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Neural and functional states of working memory

PhD ceremony:G. (Güven) Kandemir, MSc
When:February 01, 2024
Supervisors:prof. dr. E.G. (Elkan) Akyürek, prof. dr. M.M. (Monicque) Lorist
Where:Academy building RUG
Faculty:Behavioural and Social Sciences
Neural and functional states of working memory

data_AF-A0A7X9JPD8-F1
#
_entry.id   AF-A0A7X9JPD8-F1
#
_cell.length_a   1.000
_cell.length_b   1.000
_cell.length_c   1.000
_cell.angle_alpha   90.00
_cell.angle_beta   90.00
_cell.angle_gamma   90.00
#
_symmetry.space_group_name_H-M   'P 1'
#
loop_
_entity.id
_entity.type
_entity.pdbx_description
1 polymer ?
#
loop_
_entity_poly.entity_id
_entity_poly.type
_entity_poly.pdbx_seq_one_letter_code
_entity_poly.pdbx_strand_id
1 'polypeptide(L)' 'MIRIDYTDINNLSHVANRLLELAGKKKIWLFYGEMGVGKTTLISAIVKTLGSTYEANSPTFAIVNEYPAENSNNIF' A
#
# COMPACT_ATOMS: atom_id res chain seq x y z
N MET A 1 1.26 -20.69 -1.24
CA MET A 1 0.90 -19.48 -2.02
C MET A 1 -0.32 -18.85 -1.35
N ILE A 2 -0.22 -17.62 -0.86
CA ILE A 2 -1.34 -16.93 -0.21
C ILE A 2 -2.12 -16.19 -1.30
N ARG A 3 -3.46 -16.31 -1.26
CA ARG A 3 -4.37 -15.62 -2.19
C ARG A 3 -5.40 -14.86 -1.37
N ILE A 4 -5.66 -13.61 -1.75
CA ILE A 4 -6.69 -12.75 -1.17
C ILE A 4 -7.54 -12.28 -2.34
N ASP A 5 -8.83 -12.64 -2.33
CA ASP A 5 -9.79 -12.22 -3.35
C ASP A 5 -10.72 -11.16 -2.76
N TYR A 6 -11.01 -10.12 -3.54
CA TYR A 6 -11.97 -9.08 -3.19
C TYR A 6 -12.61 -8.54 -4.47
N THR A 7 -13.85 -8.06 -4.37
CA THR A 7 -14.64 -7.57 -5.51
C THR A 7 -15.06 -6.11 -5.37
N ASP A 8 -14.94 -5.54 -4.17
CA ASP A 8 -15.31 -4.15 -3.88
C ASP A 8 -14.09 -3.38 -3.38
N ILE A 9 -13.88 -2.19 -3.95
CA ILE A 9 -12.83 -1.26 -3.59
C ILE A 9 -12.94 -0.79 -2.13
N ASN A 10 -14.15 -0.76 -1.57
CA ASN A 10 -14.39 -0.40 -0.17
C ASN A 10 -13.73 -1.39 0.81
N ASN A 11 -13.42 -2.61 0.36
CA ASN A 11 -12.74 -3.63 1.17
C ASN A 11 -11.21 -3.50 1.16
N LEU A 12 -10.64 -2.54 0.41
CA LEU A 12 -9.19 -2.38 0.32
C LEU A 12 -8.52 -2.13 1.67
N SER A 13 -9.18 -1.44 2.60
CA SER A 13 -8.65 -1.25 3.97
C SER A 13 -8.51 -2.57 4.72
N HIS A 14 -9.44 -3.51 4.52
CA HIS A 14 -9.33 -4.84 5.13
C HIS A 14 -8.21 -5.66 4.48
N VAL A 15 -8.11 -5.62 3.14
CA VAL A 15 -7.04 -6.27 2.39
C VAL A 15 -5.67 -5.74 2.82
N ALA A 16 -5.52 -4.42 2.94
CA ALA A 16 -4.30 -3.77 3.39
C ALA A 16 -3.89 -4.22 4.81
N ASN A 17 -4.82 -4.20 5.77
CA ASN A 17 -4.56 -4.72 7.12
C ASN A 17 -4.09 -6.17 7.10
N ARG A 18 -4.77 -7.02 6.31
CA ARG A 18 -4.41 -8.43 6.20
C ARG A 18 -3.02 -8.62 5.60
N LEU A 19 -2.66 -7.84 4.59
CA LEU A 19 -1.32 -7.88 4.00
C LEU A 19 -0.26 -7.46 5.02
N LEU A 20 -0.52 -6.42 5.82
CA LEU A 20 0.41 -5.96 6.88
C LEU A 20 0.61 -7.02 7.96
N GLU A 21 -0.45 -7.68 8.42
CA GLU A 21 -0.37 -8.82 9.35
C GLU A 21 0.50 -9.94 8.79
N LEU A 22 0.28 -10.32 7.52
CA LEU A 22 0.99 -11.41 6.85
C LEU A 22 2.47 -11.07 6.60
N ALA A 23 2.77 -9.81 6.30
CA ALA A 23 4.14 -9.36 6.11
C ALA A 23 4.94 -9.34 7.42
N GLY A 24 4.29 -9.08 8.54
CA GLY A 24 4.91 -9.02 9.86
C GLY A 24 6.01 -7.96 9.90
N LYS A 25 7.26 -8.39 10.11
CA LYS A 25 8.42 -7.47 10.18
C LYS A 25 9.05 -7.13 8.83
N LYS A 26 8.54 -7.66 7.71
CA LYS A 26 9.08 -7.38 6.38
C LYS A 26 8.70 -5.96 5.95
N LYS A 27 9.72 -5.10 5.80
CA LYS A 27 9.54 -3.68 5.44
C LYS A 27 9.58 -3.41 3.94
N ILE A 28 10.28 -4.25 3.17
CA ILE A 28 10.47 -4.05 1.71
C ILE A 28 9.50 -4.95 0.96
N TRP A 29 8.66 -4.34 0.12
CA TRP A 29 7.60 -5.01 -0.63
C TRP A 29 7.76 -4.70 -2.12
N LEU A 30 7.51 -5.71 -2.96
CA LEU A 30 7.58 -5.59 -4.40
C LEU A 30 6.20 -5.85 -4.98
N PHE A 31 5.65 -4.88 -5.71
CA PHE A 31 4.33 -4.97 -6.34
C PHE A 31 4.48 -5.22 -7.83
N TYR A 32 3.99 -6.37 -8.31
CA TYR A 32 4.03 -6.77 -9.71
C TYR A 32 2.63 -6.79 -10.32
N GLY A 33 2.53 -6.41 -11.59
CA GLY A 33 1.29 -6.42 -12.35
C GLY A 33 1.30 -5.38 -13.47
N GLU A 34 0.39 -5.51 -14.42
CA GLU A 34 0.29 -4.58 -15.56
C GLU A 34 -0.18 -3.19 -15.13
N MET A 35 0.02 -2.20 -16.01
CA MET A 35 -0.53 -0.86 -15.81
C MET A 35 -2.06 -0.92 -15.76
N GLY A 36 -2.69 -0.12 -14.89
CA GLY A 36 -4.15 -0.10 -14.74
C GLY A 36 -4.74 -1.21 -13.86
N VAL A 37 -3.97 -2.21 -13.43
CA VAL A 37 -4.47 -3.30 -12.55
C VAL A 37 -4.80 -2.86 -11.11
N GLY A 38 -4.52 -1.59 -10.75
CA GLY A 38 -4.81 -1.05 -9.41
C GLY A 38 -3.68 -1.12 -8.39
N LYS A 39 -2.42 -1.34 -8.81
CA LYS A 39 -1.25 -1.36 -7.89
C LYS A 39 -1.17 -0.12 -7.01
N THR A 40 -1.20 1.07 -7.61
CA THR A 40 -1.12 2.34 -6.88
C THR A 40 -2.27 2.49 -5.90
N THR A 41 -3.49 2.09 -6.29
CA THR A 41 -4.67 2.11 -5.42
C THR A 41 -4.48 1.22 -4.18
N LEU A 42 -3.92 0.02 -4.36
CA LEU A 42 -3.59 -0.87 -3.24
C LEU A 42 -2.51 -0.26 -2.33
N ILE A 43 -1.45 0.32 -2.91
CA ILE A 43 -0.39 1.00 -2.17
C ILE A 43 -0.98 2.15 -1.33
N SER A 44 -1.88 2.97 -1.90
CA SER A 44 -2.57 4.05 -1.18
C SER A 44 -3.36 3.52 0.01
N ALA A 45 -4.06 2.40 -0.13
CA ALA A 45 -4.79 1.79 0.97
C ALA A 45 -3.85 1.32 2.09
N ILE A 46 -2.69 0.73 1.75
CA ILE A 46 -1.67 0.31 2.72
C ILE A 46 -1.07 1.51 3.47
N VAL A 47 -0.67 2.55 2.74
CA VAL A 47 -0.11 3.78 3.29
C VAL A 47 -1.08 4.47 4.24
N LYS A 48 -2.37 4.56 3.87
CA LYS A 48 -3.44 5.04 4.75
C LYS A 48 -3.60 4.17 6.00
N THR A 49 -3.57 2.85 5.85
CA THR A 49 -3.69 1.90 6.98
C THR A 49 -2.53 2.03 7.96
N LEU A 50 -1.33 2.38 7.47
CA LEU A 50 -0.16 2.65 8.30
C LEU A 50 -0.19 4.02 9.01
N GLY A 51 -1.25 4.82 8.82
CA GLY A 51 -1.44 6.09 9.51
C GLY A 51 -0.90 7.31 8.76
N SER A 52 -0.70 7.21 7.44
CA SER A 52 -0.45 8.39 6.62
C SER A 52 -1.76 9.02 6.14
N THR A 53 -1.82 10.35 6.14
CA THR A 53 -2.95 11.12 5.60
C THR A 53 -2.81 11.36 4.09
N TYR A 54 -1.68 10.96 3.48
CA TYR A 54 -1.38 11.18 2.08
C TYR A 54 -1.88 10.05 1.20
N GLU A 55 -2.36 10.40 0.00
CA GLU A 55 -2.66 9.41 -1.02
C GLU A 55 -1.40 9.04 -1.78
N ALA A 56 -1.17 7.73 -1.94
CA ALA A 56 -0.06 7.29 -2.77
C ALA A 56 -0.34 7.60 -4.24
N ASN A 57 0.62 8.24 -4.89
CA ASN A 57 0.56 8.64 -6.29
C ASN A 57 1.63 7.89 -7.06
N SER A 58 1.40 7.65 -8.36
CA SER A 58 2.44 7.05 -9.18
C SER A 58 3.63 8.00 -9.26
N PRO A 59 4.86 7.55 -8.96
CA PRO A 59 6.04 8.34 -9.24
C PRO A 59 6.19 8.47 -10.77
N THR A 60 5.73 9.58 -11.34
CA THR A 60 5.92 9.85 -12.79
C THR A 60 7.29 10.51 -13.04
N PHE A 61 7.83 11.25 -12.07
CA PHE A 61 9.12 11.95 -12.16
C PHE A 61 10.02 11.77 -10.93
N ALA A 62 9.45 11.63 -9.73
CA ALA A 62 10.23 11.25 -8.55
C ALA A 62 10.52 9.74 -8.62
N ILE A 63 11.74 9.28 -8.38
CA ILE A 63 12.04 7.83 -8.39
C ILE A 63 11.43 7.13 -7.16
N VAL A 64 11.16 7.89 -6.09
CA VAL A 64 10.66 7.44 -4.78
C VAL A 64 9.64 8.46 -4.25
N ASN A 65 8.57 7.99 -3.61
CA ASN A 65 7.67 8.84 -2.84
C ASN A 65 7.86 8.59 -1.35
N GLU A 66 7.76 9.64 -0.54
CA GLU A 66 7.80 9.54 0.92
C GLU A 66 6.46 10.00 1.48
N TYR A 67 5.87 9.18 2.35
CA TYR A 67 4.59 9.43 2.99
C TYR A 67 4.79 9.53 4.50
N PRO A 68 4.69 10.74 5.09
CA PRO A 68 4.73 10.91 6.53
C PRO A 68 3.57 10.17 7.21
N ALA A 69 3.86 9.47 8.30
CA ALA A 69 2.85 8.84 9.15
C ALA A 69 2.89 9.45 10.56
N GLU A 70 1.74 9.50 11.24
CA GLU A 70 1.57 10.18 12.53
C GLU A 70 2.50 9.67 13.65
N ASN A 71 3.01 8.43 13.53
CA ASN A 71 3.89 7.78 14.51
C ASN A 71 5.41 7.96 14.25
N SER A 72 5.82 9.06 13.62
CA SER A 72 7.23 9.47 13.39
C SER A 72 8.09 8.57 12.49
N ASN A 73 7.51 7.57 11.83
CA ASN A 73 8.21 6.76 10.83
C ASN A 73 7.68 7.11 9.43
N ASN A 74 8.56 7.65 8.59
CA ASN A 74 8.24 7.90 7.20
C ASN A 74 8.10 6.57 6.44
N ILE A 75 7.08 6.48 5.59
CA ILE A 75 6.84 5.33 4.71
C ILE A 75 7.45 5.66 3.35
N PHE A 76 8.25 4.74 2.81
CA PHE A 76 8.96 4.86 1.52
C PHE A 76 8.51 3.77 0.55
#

Working memory is akin to holding onto a phone-number until it’s dialled. But not all digits have the same functional role here as each digit is individually dialled while others are retained for later. Our research investigated how the shifting functional roles of memories influence our brain states, by using a unique method to study low- or activity-silent brain states. In Chapter 2, we probed memory when only one of the two memorized colours would be reported. Surprisingly, both colours, including the unnecessary one, were detectable in brain signals. Crucially, the brain states of these two colours differed, reflecting functional differences. With a similar set-up in Chapter 3 we studied memory for orientations. Importantly we asked participants to rotate the cued orientation and use only the rotation-product to judge a probe. Surprisingly, brain signals represented both the cued and the rotated memory, but not the non-rotated one. These results suggest that memories can persist in low-/activity-silent brain states even after they lose functional significance. In Chapter 4, pre-learned orientations were used to judge the tilt of a probe. Orientations were either visually shown or were cued by an auditory tone. In both cases the brain states were similar, although neural connectivity differed, as evidence indicated connections between visual and auditory regions when a tone was presented. Overall, brain states seem to change when functional roles change, but the states do more than just ‘actively guiding behaviour’ and ‘passively holding’. Different response strategies of the participants may also contribute to this.